Since last April I have continued seeking traces of my family. Here are some highlights of my journey:
Meeting a ninety-four-year-old black resident of Martha’s Vineyard who as a child knew Dora Hemmings (she called her Gramma Hemmings) and also owns Dora’s old house in Oak Bluffs. This woman told me that Dora Hemmings visited her daughter Anita just once during Anita’s years in New York City—and was made to use the servants’ entrance.
From a rare conversation with an often absent family member, I learned that Ellen had suspicions the grandmother she had never met was living on Martha’s Vineyard, and in 1923 she went looking for her. Ellen found her grandmother Dora—and she learned that day the family was black.
Thirty years after the Vassar scandal, Anita’s former roommate, still smarting over the wound of rooming with a black woman, wrote to the college president when Ellen was there, inquiring about Vassar’s policy on admitting blacks. The old roommate had heard Anita Hemmings was now sending a daughter to Vassar and was concerned that any roommate of Ellen might suffer the same pain she had when she learned she had been living with a black woman disguising herself as white.
While I was reading material concerning Boston blacks in the nineteenth century, I discovered that Anita Hemmings was friends with W. E. B. Du Bois.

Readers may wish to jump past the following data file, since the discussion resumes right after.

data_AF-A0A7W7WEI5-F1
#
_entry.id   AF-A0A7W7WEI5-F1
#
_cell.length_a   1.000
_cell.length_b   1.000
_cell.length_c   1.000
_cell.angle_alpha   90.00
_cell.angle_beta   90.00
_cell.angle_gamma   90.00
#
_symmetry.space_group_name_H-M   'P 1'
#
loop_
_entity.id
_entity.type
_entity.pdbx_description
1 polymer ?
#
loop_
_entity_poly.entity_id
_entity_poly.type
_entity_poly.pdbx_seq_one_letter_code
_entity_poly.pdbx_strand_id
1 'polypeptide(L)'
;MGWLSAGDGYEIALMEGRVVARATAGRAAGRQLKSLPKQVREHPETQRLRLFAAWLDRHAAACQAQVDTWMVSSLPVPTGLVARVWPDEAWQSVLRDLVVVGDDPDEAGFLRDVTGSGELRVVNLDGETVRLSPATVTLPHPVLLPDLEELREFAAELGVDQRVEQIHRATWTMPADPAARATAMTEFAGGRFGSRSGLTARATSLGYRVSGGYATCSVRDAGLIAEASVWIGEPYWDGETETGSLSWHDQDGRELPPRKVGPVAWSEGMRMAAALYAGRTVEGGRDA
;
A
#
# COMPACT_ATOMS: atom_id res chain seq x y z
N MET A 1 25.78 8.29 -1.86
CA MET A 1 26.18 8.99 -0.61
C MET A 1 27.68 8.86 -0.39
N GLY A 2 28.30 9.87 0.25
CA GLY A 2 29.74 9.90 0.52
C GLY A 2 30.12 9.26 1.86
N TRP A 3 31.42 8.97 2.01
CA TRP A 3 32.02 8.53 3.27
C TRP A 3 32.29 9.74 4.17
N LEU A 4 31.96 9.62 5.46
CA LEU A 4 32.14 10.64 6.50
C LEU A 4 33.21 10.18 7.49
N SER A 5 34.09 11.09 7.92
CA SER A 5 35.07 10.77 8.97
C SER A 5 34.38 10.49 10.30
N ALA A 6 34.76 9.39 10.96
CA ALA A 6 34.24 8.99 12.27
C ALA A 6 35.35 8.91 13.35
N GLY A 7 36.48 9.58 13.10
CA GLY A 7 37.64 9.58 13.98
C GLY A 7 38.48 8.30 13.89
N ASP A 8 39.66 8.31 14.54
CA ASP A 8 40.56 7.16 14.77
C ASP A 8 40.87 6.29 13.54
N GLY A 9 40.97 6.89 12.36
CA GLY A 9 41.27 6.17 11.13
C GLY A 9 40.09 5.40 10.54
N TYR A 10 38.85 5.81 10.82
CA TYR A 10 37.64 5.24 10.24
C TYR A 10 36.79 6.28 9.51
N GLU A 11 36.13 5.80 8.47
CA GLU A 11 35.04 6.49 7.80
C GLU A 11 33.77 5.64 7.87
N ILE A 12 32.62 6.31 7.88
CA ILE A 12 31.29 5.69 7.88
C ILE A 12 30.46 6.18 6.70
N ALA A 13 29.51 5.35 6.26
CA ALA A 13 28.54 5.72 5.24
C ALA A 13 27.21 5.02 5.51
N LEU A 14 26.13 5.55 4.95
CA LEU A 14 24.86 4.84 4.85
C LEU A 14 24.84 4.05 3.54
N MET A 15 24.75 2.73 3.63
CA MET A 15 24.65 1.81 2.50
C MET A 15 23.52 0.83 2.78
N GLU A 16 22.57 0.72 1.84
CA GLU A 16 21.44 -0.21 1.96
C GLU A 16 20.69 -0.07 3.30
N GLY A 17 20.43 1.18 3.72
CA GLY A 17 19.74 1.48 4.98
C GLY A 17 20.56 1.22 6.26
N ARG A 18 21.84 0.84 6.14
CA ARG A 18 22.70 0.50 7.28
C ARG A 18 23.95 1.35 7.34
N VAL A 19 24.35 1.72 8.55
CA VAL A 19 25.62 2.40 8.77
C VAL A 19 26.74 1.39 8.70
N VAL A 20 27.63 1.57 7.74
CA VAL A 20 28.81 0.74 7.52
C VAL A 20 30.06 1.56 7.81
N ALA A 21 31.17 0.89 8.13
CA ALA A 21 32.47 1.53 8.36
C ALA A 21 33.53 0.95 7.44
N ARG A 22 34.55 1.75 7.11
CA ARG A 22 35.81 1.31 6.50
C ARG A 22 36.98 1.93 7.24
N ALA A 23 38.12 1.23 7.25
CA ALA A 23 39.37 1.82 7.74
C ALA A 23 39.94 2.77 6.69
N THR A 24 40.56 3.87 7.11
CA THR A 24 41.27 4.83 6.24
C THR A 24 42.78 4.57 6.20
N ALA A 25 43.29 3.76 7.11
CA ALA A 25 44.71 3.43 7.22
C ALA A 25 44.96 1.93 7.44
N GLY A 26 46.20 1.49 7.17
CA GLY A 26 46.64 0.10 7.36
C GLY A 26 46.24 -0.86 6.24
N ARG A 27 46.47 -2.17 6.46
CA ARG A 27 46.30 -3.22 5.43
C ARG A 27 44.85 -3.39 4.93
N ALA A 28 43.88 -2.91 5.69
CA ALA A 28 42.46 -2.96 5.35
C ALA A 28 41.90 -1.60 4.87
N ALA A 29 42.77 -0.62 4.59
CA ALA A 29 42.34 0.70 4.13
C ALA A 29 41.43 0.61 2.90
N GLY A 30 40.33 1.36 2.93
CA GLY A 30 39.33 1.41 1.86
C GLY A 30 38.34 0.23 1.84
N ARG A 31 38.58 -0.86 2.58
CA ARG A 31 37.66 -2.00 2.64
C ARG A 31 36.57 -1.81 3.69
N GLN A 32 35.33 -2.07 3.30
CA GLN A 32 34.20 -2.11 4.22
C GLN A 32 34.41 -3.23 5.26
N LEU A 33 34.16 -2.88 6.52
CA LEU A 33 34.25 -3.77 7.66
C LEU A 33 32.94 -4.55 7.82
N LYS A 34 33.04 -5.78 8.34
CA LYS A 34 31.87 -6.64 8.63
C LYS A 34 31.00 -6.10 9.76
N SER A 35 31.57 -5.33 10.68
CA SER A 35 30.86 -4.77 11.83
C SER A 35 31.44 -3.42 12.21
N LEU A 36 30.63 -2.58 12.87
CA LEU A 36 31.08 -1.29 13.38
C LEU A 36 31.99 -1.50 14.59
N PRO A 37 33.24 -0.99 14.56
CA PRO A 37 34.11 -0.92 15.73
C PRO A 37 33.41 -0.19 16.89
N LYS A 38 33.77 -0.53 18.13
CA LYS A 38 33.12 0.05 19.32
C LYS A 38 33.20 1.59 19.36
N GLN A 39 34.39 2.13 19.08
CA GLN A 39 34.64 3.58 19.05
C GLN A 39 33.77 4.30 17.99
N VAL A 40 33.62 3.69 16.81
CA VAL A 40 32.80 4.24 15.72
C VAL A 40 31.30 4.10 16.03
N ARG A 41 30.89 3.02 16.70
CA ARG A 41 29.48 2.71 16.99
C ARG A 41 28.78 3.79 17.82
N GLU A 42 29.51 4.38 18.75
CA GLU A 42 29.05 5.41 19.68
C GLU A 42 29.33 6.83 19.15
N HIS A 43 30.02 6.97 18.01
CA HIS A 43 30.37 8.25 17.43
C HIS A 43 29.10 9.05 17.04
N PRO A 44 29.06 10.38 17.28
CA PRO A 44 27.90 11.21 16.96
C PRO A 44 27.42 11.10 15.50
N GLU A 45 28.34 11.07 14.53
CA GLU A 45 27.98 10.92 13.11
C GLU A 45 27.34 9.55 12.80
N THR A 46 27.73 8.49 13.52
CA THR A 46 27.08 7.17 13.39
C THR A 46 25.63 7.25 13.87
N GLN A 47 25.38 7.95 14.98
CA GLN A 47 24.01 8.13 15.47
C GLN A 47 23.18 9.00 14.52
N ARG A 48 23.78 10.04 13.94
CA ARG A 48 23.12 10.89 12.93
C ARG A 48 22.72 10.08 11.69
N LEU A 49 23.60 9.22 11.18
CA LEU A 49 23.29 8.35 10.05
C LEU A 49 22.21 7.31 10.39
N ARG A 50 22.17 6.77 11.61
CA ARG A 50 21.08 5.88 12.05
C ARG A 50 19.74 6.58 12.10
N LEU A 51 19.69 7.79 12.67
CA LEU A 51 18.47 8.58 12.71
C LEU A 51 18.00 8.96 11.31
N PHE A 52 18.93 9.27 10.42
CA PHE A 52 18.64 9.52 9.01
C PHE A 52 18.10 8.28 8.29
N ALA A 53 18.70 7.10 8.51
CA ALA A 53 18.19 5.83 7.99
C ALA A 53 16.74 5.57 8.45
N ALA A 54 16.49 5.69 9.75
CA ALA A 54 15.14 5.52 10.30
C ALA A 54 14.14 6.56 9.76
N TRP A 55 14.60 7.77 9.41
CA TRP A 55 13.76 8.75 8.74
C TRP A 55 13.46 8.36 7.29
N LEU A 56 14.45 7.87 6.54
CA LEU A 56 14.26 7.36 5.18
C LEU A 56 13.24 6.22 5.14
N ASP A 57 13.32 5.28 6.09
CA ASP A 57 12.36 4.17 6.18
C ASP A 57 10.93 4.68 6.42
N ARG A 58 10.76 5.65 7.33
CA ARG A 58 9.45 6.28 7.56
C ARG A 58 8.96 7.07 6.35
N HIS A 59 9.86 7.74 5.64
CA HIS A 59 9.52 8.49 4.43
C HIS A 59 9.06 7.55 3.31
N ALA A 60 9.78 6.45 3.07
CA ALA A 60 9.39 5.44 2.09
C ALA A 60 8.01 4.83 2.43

Anita’s sister Elizabeth Hemmings was married to the first black state assemblyman of New Jersey, Dr. Walter G. Alexander. He was also president, during the 1920s, of the National Medical Association (black doctors were refused membership in the AMA and had to form their own association, the NMA). Dr. Andrew Love was a member of the AMA, and through its Deceased Physician File I learned the AMA accepted Dr. Love even though he was listed as being colored and having attended Meharry Medical School. (Interestingly, there is an instruction given by Dr. Love on this file: He asked the association to “drop Meharry” from his records.)
I recently met, thanks to a friend, an African-American great-niece of Dr. Love. She is researching our Love family. My cousin tells me Dr. Love had fifteen brothers and sisters. Some passed as white; most did not.
Years ago my grandmother told me, “There’s a rumor in the family that we’re all descended from Thomas Jefferson.” I have been actively pursuing leads linking my family to that of the Hemings slave family of Monticello. In the course of research I have been asked if we are descended from Sally Hemings, the mother of Jefferson’s slave children. I don’t think we hail from Sally, but I do believe my ancestors once belonged to Thomas Jefferson.